Over the last year, driven by major changes in donor motivations and behaviour, we have emphasized the importance of the delivery of relevant, inspiring donor journeys in order to keep people giving and deepen connections. But when it comes to creating a positive impact on legacy giving, delivering an amazing donor experience has always played a vital role to an organization’s success.
The short version of this blog would simply reiterate that without a great donor experience, why would someone consider a legacy gift? If all we ever do is ask for donations, why would a donor suddenly pay attention to a legacy campaign – especially one that isn’t based in inspiration and engagement and has a proposition that could have come from any number of charities.
We have to start thinking differently about the role that donor experience plays in legacy giving; it’s not rocket science and, well, where there’s a will there’s a way!
If you agree, then read on…
Legacy’s role in the donor experience
We believe that it’s crucial to join up your thinking and consider legacy in every journey you develop – whether creating a new donor onboarding experience or creating journeys for current inquiry donors. By thinking legacy and keeping the focus on building high-value relationships front and centre, you will improve legacy outcomes. But most importantly, you will enhance your donor’s experience.
Because a great donor experience delivers need, and we know that donors like choice in how they give. So, making the case to consider a legacy gift should be an experience in and of itself regardless of the outcome. It should inspire, show a problem that needs solving and most importantly, really showcase why your charity is the best organization to solve the problem.
A legacy ask, done in the right way, should be a key part of our experience and engagement strategy, and if we stop thinking about legacy as a dry ask to our older and more loyal donors, and start thinking of it as inspiring and engaging — something that we’re proud of — it makes complete sense for it to be an important part of our donors’ experience.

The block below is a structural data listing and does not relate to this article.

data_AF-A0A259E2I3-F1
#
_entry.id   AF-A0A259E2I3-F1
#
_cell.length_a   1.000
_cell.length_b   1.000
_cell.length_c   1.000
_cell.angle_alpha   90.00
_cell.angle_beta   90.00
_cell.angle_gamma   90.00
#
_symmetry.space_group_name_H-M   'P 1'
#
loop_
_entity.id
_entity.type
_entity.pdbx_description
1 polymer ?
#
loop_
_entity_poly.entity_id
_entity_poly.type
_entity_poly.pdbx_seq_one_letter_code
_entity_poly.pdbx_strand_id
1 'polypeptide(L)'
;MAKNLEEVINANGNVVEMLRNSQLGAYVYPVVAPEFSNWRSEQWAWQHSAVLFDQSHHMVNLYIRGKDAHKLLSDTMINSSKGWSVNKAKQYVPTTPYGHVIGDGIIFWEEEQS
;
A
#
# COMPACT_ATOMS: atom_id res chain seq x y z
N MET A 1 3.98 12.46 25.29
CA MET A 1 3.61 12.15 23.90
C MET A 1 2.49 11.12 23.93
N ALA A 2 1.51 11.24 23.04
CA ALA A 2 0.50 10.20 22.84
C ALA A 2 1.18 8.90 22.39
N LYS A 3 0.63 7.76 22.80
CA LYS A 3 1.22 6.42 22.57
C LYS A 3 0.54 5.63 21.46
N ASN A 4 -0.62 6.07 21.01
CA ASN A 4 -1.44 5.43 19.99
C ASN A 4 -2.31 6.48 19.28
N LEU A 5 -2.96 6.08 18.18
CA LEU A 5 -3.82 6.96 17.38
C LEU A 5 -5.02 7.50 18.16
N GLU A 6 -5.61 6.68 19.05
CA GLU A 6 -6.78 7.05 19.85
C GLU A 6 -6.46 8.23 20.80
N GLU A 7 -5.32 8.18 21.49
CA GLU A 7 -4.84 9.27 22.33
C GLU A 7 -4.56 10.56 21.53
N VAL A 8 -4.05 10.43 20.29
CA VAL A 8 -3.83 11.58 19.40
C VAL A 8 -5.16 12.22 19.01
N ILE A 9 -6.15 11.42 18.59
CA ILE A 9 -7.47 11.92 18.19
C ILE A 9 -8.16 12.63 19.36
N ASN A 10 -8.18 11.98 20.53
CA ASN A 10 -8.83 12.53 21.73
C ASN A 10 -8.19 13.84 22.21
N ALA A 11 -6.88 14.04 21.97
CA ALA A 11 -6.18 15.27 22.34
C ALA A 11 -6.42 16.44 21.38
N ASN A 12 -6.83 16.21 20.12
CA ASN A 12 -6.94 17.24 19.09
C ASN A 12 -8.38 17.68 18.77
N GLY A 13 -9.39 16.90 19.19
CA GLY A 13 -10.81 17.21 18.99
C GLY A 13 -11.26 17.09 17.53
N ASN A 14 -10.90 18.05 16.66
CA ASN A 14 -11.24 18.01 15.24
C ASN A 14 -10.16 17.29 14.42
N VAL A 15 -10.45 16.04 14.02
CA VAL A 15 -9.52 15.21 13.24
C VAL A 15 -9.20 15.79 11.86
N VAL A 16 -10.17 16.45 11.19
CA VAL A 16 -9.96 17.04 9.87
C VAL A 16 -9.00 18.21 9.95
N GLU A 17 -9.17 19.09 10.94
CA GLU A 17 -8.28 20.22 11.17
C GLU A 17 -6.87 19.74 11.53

Cast your net wider
The awareness for including charities in our will has increased substantially, and commitments are being made much earlier in the relationship with the charity. People used to think that we don’t talk legacy until 5 or 8 years on the file! Now it’s much sooner – in fact for some it’s the very first engagement people make based on values and a deep personal passion. We have a number of organizations where legacy inquiries and commitments are being made within the first 4 years of tenure on the file.
Our perception of age means that we can often miss the boat. Younger demographics, the 45+, are one of the most engaged groups in legacy giving – and it makes sense. They feel like the realization of the gift is a long way off. Cementing our relationship early means that we will likely remain in the will – but guess what key factor determines the likelihood of this? Donor experience. How we treat people really matters in the long run if we want to remain relevant and inspiring.
And after all that time and effort you’ve spent creating your deeply inspiring legacy proposition and creative approach that places you firmly outside of ‘legacy cookie-cutter land,’ you’re going to want as many people as possible to see it. Be confident! No one will be offended by inspiring communications. Make legacy giving accessible to your entire known audience of donors as a starting point for your engagement strategy!
Creating the legacy experience for everyone
All of this means that we need to think differently about our long-term donor journey strategies because we are keeping people on our files longer before realizing a gift. Making the experience (a combination of your content, communications and solicitation strategies) even more important.
The perception that legacy donors should be left alone and not asked in their lifetime is long gone, and it’s especially important when we think of those younger legacy pledgers and hand-raisers. Having a younger file will mean a longer period until that legacy gift matures, but with the right experience, these donors will increase their lifetime giving and value over time.
In the programs we build, we help organizations create inspiring journeys for hand-raisers and confirmed expectancies – but also for prospects both known and unknown across every revenue area and in all key communications. There are many exciting segment groups emerging that are changing the outcomes of our integrated marketing for legacy giving – but just the fact we are creating strategy and experiences for more than just confirmed pledge donors is having a big impact on programs – and it’s allowing us to change the way we look at donor journey development from a cross engagement perspective.
Have I convinced you to look at things differently?
The wonderful thing about legacy engagement is that it truly is in a league of its own – it holds the power to increase giving and support from donors both now and in the future – and it has a special role to play between your organization’s brand and its DRM program when it comes to marketing. Legacy done right, with real investment and focus on understanding insights, building a proposition and investing in integrated fundraising, will improve donor experience across all of your programs, short and long-term.